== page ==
I can remember my grandmother making Kedgeree from left over smoked haddock, crisp cayenne-pepper cheese biscuits and Mulligatawny soup thickened with cream and grated coconut. My father did the same, in those days before coconut cream was imported, filling our big country kitchen and my childhood with smells of exotic spices and dreams of far away lands. They were the first real fusion food, these Anglo-Indian dishes, a name given to recipes from India that were adapted and evolved by the resident British in the days known as the ‘Raj’ and to English dishes heated up with exotic Indian spices. Some recipes became everyday foods in England and as part of the British Empire, by default, they made it to Australia. Check out our recipe for Mulligatawny Soup here. We hope you enjoy these fusions as much as we do.

Also known as kitcherie, kitchari, kidgeree, kedgaree, or kitchiri. In 1324, the year Marco Polo died, a young Moroccan called Ibn Batuta set out on a journey to Mecca, but unlike other scholars of his day and much like Forest Gump, he just kept on walking. In his lifetime he exceeded Polo’s travels three fold and remains histories most widely travelled man before mechanization, having walked more than 120,000km. It is probably from Ibn that Persian and Asian cooks first heard of the wonderfully fragrant dish of spiced fish and boiled rice that we know today as kedgeree. But his recipe remained lost in time for nearly 600 years. The Scotts seemed to have either invented or heard of an early version of it by 1790, but it wasn’t to become widely known until the late 1800’s, when an English Colonel, H.S. Jarrett, working as a translator for the Bengal Asiatic Society in Calcutta, stumbled upon it in an old Persian text from 1590. Written by a vizier to the Persian Emperor, it recorded a popular breakfast recipe for Ibn’s Khichi, a lightly spiced fish dish with rice.  It was Eliza Acton’s recipe from her book Modern Cookery in 1845 which seems to have added  the eggs and mango chutney.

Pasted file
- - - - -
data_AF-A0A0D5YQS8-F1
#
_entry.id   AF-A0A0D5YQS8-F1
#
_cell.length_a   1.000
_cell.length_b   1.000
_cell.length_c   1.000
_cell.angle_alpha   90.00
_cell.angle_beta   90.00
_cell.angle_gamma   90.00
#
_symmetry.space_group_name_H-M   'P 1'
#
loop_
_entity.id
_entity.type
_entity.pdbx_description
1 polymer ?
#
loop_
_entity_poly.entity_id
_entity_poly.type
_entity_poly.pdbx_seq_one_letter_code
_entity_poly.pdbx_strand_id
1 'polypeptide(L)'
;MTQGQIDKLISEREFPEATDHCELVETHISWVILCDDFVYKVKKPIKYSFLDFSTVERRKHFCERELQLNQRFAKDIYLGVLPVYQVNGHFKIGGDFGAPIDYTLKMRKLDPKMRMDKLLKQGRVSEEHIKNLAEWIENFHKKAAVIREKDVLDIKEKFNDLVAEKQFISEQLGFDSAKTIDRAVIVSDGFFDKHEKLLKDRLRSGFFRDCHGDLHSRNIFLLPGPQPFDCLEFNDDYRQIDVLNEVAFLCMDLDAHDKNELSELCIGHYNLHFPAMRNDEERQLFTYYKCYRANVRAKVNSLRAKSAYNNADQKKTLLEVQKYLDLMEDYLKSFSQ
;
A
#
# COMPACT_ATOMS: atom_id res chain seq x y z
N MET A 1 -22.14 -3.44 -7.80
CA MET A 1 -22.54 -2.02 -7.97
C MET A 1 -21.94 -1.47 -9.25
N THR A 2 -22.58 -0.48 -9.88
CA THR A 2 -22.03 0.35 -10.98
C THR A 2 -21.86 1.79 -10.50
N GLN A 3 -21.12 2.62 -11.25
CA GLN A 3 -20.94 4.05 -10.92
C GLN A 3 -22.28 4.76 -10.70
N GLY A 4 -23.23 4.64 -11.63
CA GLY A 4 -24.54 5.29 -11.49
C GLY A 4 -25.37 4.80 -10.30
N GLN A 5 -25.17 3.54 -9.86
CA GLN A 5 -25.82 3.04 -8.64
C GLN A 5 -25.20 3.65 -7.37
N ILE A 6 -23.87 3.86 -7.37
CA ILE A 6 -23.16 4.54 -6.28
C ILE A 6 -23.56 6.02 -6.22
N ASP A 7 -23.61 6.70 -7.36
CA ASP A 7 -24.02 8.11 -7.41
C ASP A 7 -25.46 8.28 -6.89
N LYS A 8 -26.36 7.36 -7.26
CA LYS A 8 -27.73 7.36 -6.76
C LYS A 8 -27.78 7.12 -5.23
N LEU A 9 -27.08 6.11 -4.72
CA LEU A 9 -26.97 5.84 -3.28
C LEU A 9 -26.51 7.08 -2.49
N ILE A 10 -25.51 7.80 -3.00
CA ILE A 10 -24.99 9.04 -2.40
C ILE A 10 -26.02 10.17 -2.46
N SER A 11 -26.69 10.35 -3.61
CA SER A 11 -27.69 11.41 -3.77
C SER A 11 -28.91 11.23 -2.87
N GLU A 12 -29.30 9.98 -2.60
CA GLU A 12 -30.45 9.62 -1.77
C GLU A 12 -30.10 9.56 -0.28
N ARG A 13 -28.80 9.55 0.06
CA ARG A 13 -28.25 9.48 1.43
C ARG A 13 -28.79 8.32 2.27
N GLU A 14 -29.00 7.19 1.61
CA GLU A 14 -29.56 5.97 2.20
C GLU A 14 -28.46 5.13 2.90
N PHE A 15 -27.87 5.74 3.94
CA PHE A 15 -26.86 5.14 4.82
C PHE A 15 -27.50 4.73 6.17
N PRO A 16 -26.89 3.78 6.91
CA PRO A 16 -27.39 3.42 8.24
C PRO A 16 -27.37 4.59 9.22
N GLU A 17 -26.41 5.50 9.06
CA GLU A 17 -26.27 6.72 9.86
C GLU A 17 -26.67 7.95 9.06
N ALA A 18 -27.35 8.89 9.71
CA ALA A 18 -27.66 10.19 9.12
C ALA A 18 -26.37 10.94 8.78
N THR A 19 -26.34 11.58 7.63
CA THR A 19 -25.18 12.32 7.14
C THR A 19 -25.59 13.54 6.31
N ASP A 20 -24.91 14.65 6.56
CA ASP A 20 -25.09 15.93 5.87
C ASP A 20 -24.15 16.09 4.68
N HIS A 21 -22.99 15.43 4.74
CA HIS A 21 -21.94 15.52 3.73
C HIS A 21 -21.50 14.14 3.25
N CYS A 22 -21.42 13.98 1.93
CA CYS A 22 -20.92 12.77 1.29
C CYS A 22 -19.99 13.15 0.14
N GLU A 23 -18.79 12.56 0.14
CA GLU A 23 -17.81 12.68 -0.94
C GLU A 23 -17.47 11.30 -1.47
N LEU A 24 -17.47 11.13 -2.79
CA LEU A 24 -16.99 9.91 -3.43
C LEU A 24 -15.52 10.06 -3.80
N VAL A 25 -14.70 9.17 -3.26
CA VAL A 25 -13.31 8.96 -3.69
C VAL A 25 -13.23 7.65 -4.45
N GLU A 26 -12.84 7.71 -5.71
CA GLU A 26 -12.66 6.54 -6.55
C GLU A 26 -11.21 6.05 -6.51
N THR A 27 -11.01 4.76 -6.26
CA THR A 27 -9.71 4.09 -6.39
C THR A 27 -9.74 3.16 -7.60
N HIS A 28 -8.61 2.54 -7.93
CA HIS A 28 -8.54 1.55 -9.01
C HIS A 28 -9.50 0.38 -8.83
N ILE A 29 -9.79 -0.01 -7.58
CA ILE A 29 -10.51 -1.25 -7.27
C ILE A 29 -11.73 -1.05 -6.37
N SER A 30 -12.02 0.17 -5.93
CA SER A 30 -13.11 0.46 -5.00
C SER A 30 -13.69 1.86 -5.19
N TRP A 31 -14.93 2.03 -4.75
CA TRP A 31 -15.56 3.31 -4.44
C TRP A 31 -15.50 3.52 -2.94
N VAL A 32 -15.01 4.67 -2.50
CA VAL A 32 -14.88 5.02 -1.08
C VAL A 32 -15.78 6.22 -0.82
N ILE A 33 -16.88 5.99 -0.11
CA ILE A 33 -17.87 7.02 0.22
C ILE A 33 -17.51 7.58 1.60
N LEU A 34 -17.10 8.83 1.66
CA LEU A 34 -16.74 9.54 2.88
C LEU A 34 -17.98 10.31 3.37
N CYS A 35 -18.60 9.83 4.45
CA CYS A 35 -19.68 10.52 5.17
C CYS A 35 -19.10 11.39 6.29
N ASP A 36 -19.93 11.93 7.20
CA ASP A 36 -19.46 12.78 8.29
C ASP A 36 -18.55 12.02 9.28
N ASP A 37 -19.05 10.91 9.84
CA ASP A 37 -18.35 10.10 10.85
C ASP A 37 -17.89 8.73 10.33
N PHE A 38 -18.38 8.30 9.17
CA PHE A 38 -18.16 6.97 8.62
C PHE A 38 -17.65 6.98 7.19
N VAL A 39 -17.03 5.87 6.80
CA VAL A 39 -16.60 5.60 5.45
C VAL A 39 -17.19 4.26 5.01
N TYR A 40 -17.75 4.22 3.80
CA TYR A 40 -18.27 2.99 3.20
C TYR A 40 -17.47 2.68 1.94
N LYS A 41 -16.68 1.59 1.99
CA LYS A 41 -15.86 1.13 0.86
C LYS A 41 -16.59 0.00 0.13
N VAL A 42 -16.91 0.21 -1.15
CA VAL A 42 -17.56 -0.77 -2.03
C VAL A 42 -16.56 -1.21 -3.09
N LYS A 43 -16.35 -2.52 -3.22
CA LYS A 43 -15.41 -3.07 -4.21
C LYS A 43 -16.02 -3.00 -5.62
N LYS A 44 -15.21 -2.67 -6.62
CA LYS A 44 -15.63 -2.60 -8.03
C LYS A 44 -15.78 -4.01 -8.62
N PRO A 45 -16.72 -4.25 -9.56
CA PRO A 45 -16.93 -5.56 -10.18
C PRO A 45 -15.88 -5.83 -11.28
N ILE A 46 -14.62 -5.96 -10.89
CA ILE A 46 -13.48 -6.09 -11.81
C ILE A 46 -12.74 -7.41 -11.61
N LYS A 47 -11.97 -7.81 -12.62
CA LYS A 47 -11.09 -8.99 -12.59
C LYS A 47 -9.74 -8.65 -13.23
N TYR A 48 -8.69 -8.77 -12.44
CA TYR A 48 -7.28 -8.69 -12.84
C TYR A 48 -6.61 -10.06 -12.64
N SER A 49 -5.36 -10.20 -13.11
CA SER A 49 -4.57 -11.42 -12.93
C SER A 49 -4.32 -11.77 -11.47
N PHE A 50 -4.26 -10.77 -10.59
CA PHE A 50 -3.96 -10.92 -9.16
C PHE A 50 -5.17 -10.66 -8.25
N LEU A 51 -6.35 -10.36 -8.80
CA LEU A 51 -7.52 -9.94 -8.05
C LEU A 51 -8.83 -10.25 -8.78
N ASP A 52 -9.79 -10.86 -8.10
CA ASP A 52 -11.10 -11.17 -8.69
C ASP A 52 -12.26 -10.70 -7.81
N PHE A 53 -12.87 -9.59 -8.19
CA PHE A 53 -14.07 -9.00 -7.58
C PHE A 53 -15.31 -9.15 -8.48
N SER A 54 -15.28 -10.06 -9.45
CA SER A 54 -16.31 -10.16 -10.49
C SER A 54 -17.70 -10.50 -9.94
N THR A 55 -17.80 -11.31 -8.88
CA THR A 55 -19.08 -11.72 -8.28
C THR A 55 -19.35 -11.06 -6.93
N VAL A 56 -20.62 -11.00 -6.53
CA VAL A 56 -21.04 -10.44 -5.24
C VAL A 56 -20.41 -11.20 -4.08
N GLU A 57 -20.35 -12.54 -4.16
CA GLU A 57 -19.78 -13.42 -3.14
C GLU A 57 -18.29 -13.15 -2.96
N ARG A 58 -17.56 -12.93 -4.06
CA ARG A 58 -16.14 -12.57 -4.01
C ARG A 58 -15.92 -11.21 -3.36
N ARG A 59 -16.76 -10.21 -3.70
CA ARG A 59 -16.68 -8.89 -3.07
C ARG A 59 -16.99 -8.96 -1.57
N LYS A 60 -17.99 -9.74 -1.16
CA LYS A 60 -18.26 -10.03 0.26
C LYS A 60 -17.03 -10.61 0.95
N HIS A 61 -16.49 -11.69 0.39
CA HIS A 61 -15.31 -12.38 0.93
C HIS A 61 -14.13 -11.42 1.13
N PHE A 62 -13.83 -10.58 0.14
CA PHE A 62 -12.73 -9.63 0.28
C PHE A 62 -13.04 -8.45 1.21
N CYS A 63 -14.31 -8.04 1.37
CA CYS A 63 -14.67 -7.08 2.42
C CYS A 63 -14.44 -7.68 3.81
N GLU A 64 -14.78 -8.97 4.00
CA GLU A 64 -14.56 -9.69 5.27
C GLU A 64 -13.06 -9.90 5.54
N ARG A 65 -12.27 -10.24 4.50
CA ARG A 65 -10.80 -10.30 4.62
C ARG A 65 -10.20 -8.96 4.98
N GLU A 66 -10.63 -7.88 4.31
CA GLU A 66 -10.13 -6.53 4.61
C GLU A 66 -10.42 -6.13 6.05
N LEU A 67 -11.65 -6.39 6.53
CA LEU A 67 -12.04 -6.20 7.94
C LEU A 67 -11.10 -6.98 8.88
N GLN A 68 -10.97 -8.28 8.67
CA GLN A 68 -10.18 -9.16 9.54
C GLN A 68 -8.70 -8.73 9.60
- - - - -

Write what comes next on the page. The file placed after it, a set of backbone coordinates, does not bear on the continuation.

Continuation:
Kedgeree Recipe
2 cups of good quality basmati rice
4 cardamom pods, bruised open
2 cups frozen baby peas
6 free range eggs
your favourite fresh fish, eg, atlantic salmon, ocean trout, swordfish, tuna or any smoked fish (I’ve used Sirena tuna in the pictures because after 5 inches of rain in 3 days I decided to raid the pantry instead of venturing out in the hail and rain to get fresh fish!)
chopped spring onions, parsley, coriander
2 medium or 1 large onion, chopped
1 tbsp medium curry paste
3 tbsp cream or crème fraiche
*Sultanas are optional, as are almond slivers, mustard, mango-chutney, a sprinkling of cayenne pepper or smoky paprika. A good quality canned salmon or tuna can also be used when fresh fish is unavailable.

This will serve 6 people so halve the recipe if there are only 2 of you and have left overs for breakfast, like the ancient Persians, or for lunch the next day.

Cook the rice as you normally would, adding cardamom pods for flavour and the frozen baby peas. Hard or medium boil your eggs. Gently fry the fish in butter and oil or poach until just cooked and separate into flakes. Saute onion and curry paste (+ sultanas/nuts if using) in butter, add cream & fresh herbs, then the cooked rice & peas, removing the cardamom pods. Gently mix in the fish flakes and heat till hot again. Season with pepper and a good finishing salt. Garnish with quartered eggs, a lemon/lime cheek and fresh herbs. Good hot, warm or cold.

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Have you tried this recipe? We would love to hear your comments below…


2 Responses to Hot Food for Cold Days: The Indian Raj: Kedgeree

  1. I’ve always loved the idea of kedgeree – it makes complete sense to me – but never tried making it at home. Your version looks delicious. btw how lovely are your photos?

  2. Thanks Christina! Yes it is quite an easy dish to make, beautiful with a nice piece of fresh trout too.

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